No political will to deliver on rural broadband promises
By JOHN TIERNEY
FOR those of us resident in the digital wasteland that either have no broadband coverage or have 1 Mb broadband access, the chatter about the National Broadband Plan (NBP) is tiresome.
Despite the high-profile launch of NBP in 2012, vast swathes of Ireland remain devoid of high speed broadband for work and recreational use.
It’s laughable to see ‘Digital Ireland’ being marketed abroad to companies in order for them to establish their commercial operation in this country, as if this Emerald Isle of ours was some sort of digital nirvana.
The reality is quite different: access to high speed broadband is city-bound which means companies are clamped to the city boundary when establishing their business footprint.
This leaves rural Ireland devoid of an industry stream that brings in its wake high-paying jobs, research and development and innovation.
How difficult can it be for the Government and technology and communication industries to come together to devise a viable commercial plan, which in turn is consumer price-friendly?
In order to transform Ireland from being a digital backwater to the type of hi-tech society the spin doctors would have you believe we live in, it is worth remembering the words of Thomas Edison when he said: “We will make electricity so cheap only the rich will burn candles.”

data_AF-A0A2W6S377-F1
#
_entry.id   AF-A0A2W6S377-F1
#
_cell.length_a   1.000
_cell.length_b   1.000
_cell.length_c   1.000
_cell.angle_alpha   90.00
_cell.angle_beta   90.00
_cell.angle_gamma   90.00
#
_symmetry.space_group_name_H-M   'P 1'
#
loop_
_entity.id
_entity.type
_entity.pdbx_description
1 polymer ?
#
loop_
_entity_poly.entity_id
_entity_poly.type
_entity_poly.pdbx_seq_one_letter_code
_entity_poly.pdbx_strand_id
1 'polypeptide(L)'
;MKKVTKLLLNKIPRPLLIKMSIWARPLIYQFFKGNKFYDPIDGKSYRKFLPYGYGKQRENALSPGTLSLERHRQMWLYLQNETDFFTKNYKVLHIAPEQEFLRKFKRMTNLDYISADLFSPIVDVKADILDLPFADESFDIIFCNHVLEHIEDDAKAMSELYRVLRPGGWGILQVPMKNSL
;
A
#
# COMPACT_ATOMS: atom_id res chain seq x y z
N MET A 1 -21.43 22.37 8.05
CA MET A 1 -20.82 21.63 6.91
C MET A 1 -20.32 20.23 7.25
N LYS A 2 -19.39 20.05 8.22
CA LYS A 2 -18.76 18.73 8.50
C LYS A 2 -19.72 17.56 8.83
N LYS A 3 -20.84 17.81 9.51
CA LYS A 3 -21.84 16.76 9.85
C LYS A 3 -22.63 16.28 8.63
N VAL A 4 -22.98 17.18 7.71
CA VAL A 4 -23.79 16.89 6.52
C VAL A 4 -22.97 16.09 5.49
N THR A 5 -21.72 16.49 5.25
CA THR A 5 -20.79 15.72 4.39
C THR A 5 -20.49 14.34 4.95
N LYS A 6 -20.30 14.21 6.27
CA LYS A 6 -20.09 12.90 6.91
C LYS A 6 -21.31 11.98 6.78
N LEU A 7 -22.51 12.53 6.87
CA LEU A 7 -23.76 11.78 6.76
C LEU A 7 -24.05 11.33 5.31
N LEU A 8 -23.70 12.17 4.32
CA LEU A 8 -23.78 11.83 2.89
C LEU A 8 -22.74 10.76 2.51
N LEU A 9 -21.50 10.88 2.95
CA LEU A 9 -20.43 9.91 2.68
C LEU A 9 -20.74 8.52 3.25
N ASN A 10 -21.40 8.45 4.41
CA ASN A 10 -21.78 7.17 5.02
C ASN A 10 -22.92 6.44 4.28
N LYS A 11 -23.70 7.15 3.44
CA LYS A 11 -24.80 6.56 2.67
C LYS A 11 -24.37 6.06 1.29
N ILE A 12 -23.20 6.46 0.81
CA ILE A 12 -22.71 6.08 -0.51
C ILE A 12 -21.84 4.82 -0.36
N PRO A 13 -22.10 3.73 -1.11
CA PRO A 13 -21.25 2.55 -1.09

Sadly, it appears this task is beyond us, so perhaps instead we should look towards countries
who have made good on their digital commitments and are now reaping the rewards as a result.
Sending an e-mail via rural Ireland’s narrow digital spine could be problematic, so it might be best to use the envelope and stamp method to contact a suitable country to offer them the contract to connect our rural areas to the information superhighway.
If so, you may have to travel to your nearest major town or city with so many rural post offices now displaying ‘Closed’ signs.
The truth is that the political impetus is just not there to deliver broadband to all, and not just to some. If it was, you can be sure it would have been delivered to all of the masses a long time ago.
Once again, it seems, your living location determines your access to a service that could be deemed a human right.